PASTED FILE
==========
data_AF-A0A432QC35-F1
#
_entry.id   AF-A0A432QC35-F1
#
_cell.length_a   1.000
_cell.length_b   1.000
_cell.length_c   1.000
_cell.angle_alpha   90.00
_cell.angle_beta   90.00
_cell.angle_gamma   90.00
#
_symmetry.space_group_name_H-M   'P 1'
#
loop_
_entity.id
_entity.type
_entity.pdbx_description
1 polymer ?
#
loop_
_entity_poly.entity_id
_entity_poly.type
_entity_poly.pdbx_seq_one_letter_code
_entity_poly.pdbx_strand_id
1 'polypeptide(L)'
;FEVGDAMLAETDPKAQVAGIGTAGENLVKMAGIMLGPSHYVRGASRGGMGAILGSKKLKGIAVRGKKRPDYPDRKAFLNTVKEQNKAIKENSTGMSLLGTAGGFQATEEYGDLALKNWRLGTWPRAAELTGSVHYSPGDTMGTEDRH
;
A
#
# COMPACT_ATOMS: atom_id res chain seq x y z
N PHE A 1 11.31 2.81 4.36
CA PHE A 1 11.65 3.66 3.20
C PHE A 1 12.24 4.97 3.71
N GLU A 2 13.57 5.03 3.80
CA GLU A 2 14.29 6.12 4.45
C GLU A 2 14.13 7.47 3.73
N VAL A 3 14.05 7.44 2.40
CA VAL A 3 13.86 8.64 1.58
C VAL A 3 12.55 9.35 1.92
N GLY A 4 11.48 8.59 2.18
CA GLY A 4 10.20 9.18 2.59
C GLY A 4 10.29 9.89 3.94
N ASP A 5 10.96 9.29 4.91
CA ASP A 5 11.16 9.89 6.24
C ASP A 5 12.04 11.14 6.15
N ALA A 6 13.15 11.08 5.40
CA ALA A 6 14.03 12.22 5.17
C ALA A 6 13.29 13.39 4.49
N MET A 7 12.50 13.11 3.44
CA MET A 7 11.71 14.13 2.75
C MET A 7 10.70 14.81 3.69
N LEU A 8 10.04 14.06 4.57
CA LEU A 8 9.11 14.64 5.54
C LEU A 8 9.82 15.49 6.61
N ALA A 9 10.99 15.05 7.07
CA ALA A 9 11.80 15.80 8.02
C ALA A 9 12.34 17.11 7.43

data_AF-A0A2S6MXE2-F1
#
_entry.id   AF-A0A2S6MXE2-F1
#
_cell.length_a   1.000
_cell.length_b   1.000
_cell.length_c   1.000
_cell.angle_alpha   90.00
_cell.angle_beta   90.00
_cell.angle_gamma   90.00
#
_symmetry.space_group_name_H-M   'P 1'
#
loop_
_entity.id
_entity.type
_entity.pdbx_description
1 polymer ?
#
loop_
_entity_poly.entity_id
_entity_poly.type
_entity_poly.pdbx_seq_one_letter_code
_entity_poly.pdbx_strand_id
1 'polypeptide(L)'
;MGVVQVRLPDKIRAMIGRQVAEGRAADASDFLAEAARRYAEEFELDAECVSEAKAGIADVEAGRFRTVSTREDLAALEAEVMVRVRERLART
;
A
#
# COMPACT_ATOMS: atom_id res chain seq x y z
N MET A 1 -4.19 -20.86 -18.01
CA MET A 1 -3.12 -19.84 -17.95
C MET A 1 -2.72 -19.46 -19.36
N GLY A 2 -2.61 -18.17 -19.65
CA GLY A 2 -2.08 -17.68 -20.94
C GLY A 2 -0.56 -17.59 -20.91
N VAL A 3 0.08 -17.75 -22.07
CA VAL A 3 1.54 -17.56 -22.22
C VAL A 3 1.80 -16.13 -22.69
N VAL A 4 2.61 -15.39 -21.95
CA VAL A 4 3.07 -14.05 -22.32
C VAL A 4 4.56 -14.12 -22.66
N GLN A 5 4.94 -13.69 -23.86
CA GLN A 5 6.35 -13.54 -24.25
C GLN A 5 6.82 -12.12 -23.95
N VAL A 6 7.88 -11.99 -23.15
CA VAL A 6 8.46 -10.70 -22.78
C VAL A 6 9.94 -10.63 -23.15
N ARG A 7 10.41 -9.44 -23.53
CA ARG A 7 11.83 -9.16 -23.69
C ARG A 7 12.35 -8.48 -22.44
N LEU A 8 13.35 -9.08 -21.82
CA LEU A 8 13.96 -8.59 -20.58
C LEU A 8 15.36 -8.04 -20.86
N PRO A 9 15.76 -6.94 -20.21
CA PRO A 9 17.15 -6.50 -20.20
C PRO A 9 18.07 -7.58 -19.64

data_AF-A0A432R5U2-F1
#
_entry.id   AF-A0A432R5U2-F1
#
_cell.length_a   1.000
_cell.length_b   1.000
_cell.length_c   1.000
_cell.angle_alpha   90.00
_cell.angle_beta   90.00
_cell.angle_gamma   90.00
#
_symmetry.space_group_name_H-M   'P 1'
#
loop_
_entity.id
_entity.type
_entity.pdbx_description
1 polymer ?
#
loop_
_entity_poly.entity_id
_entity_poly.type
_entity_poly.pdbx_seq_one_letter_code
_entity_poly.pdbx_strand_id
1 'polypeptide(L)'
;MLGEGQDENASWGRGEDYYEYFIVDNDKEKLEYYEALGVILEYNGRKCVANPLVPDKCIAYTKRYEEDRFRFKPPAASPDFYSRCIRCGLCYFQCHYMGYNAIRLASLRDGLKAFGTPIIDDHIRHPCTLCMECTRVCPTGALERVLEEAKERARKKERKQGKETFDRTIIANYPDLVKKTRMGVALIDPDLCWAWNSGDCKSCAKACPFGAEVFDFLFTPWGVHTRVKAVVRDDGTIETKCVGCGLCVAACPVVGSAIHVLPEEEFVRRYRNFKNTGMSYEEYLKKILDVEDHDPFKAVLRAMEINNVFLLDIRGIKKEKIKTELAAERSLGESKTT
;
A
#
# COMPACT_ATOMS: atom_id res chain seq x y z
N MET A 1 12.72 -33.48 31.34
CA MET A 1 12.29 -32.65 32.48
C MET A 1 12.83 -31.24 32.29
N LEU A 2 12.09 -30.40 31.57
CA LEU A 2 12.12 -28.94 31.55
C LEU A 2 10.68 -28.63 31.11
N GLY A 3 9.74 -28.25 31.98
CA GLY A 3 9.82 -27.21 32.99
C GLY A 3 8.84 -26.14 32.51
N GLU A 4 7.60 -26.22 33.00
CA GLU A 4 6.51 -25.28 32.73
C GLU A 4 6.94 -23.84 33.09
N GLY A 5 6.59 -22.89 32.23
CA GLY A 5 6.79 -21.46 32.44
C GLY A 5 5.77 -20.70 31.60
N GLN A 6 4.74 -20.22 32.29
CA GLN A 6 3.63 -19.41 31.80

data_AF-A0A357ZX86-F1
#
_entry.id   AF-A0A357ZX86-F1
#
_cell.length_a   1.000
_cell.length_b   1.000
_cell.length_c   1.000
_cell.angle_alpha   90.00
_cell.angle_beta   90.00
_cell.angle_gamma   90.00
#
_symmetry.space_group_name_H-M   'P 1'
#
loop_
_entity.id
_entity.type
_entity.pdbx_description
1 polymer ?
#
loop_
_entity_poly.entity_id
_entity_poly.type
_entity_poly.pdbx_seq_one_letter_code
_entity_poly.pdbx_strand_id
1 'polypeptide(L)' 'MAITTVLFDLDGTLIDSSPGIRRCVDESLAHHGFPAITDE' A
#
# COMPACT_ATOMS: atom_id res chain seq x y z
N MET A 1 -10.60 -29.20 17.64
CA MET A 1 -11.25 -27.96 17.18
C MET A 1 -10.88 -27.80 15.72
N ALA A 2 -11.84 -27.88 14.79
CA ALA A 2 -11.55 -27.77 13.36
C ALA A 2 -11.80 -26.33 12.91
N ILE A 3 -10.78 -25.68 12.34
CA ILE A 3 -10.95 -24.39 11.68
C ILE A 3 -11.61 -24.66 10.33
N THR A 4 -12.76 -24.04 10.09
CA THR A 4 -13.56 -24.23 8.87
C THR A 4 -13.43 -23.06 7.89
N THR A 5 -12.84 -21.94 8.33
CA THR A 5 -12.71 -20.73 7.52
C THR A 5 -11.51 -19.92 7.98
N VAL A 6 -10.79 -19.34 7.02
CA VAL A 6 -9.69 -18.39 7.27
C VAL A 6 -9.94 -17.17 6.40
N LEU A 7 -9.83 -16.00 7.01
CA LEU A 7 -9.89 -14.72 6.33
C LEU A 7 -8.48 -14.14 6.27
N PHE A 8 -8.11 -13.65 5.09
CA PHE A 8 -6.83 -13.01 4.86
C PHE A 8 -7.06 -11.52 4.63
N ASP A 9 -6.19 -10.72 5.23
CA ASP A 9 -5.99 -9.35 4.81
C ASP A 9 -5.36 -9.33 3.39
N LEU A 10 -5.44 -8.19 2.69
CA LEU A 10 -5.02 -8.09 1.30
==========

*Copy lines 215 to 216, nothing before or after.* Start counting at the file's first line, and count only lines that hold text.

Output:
C ASP A 9 -5.36 -9.33 3.39
N LEU A 10 -5.44 -8.19 2.69